SEATTLE — Overflowing bathwater flooded into Mia Lombardo Conklin’s Capitol Hill apartment.
“I had to go to the bathroom with an umbrella because I would get rained on with dirty, moldy shower water. And it was gross and disgusting and there was nothing I could do about it,” Lombardo said.
In October we told you about, what court documents describe, as a year-long battle to get the leaks permanently stopped and repairs made, inside Mia Conklin’s bathroom.
But now it appears there’s an agreement in the case.
According to her attorney, Lombardo’s apartment will be repaired by the landlord, Community Roots Housing. Joe Jordan from the Northwest Justice Project represented Mia in the case.
“We have reached an agreement with community housing to resolve the matter, and they’ve agreed to go into her unit and properly and professionally remediate any water damage,” Jordan said.
State law says landlords get 24 hours to fix hot or cold water, electricity, or anything hazardous to life - especially problems with the sewer.
If tenants can’t use a refrigerator, oven, or a major plumbing fixture, landlords get 72 hours. And 10 days for other cases.
Mia’s attorney Jordan said he tells tenants to make sure that they put any of the complaints in writing.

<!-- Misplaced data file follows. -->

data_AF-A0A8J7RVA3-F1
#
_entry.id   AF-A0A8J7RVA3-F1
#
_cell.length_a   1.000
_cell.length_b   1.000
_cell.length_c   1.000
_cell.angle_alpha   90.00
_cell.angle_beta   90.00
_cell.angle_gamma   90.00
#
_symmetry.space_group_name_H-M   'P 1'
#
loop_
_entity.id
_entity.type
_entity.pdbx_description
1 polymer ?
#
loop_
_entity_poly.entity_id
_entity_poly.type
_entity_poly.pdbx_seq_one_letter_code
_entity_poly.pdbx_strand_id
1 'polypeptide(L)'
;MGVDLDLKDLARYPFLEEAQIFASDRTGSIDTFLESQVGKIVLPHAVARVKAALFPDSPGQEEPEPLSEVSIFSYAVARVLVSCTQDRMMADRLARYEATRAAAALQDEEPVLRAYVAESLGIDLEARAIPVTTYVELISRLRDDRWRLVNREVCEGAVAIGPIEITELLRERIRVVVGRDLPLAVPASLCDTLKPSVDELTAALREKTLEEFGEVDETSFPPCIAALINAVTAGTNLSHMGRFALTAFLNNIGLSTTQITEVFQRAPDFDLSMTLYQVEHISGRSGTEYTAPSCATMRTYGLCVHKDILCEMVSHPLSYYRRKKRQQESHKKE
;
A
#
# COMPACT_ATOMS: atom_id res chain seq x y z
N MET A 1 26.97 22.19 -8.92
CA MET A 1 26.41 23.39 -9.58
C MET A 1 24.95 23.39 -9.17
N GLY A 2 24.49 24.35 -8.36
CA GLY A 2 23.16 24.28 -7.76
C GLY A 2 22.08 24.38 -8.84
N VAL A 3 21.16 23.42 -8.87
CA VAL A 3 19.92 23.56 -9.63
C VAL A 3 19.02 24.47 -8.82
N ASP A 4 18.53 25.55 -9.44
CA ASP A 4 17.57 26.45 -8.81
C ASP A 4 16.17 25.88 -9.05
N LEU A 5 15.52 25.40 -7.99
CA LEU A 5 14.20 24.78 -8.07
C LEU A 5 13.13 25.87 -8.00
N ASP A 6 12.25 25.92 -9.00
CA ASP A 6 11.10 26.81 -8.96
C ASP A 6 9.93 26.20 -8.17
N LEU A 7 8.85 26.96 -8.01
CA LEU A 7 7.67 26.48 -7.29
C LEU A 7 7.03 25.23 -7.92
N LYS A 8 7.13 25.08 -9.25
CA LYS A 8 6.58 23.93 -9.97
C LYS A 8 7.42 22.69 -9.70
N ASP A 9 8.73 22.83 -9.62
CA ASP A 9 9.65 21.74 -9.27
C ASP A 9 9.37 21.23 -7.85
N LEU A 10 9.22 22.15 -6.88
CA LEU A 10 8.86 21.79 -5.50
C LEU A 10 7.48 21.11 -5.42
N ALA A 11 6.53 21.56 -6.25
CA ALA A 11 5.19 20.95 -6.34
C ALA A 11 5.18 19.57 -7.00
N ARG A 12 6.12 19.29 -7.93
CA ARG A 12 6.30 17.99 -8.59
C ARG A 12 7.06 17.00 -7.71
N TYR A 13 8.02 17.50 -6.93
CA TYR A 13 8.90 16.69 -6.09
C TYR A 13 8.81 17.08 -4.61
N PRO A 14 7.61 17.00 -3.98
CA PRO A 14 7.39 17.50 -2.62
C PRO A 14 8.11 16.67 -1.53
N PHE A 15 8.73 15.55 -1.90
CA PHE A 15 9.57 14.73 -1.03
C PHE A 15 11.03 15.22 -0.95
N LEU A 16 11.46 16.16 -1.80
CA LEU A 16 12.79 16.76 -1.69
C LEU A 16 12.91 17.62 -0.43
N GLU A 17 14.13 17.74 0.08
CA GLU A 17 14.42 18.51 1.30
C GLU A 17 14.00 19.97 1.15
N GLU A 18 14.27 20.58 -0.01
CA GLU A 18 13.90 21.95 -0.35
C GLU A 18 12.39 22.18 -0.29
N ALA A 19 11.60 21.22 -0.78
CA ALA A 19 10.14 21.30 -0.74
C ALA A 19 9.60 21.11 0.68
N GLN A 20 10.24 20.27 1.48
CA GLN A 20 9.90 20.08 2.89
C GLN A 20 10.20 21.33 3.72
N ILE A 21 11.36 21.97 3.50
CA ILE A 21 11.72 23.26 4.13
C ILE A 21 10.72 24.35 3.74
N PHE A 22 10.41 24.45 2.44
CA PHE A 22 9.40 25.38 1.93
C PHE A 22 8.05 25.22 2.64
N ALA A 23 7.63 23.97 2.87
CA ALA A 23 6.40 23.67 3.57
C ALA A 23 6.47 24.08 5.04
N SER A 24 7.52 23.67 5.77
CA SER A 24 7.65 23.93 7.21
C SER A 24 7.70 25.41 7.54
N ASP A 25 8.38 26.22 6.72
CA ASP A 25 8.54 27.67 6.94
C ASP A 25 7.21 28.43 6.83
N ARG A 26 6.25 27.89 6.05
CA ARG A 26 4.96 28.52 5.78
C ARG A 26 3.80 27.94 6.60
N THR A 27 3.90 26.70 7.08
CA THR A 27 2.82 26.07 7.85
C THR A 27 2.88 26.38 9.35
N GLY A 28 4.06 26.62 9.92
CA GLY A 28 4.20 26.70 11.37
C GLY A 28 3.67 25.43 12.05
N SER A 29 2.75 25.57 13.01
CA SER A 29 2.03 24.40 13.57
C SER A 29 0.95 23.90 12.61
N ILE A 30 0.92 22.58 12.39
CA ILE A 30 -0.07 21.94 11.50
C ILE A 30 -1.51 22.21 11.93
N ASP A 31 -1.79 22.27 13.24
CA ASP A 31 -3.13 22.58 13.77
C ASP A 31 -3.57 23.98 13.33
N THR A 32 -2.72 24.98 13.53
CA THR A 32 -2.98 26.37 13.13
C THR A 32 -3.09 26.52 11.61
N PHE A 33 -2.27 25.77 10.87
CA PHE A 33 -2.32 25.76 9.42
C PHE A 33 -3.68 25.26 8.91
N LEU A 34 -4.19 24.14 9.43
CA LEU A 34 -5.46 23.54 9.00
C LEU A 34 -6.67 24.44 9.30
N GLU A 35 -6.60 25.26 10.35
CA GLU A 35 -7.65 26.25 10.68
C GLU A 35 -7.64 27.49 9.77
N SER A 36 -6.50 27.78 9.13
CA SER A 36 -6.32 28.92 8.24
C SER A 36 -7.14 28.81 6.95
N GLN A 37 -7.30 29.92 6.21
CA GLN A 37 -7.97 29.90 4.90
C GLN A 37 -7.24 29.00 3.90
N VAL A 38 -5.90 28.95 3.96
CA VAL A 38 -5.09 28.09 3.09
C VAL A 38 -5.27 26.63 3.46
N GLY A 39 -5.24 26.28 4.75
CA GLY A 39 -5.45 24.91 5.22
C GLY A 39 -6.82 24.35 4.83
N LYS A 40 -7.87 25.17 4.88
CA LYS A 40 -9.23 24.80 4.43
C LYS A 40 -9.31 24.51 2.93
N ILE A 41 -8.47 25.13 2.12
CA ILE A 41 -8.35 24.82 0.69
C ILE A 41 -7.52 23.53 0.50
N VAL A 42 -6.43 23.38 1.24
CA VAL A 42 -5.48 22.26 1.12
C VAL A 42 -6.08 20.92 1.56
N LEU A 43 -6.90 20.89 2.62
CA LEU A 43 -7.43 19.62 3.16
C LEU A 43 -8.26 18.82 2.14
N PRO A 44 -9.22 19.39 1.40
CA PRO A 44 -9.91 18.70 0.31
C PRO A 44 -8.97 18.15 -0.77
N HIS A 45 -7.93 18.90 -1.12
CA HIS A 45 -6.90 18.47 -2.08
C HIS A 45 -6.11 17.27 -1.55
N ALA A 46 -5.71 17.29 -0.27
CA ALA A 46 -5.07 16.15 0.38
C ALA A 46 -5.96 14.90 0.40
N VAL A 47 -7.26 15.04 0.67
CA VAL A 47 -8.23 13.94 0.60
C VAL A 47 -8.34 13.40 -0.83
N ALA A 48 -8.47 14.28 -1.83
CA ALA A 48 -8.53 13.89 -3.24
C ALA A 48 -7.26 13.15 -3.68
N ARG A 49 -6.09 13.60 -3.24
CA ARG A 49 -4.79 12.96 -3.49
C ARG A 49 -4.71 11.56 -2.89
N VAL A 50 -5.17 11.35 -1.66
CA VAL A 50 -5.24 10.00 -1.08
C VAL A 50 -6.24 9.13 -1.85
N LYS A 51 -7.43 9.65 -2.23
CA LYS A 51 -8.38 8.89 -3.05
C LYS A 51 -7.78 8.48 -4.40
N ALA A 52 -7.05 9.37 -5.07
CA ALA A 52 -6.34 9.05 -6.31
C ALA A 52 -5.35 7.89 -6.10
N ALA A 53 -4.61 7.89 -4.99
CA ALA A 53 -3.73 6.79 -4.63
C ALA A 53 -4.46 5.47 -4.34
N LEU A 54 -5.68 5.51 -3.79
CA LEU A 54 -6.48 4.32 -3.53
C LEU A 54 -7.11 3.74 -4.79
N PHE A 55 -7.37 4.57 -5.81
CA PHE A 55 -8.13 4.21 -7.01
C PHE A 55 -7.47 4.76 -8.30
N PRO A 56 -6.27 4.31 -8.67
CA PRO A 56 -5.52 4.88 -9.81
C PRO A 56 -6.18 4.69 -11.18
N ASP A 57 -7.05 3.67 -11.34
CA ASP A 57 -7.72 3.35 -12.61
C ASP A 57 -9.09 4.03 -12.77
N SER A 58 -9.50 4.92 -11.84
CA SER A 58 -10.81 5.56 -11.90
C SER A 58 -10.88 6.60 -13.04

“Be clearer as to what it is that they’re requesting in terms of repairs and make sure you keep records of those,” he said.
Resources in the state like Northwest Justice Project and other organizations can help enforce the law against landlords.
For now, Lombardo feels great that her home will be safe and free from leaks.
“My apartment is going to get fixed the right way and because I love it. I love my apartment. So, I think to be able to live there and not have to worry about anything is going to just be amazing,” she said.
The landlord, Community Roots Housing, said it’s their policy not to publicly comment on lawsuits that are in progress. In court documents, the group said it did not violate landlord-tenant laws or breach Lombardo’s lease agreement.
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